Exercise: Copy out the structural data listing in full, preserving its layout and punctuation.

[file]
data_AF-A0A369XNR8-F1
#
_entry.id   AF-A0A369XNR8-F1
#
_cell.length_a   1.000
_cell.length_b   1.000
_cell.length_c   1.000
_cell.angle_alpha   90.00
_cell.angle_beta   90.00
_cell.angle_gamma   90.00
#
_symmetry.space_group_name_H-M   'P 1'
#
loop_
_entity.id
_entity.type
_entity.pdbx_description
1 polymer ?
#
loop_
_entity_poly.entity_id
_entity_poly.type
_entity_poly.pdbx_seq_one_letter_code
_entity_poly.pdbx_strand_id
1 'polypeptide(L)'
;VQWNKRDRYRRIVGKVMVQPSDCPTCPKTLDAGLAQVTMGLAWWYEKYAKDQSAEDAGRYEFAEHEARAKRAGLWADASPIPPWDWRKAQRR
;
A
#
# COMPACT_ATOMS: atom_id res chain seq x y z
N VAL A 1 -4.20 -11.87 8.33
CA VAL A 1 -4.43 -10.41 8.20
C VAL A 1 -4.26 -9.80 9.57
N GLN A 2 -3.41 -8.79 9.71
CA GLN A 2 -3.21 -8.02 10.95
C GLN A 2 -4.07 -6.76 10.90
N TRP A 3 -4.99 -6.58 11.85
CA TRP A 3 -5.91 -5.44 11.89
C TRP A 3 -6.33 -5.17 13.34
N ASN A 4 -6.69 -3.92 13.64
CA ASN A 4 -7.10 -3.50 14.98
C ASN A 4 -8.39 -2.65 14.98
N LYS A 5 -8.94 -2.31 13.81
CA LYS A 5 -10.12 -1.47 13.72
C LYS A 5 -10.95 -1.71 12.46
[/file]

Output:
data_AF-A0A369XNR8-F1
#
_entry.id   AF-A0A369XNR8-F1
#
_cell.length_a   1.000
_cell.length_b   1.000
_cell.length_c   1.000
_cell.angle_alpha   90.00
_cell.angle_beta   90.00
_cell.angle_gamma   90.00
#
_symmetry.space_group_name_H-M   'P 1'
#
loop_
_entity.id
_entity.type
_entity.pdbx_description
1 polymer ?
#
loop_
_entity_poly.entity_id
_entity_poly.type
_entity_poly.pdbx_seq_one_letter_code
_entity_poly.pdbx_strand_id
1 'polypeptide(L)'
;VQWNKRDRYRRIVGKVMVQPSDCPTCPKTLDAGLAQVTMGLAWWYEKYAKDQSAEDAGRYEFAEHEARAKRAGLWADASPIPPWDWRKAQRR
;
A
#
# COMPACT_ATOMS: atom_id res chain seq x y z
N VAL A 1 -4.20 -11.87 8.33
CA VAL A 1 -4.43 -10.41 8.20
C VAL A 1 -4.26 -9.80 9.57
N GLN A 2 -3.41 -8.79 9.71
CA GLN A 2 -3.21 -8.02 10.95
C GLN A 2 -4.07 -6.76 10.90
N TRP A 3 -4.99 -6.58 11.85
CA TRP A 3 -5.91 -5.44 11.89
C TRP A 3 -6.33 -5.17 13.34
N ASN A 4 -6.69 -3.92 13.64
CA ASN A 4 -7.10 -3.50 14.98
C ASN A 4 -8.39 -2.65 14.98
N LYS A 5 -8.94 -2.31 13.81
CA LYS A 5 -10.12 -1.47 13.72
C LYS A 5 -10.95 -1.71 12.46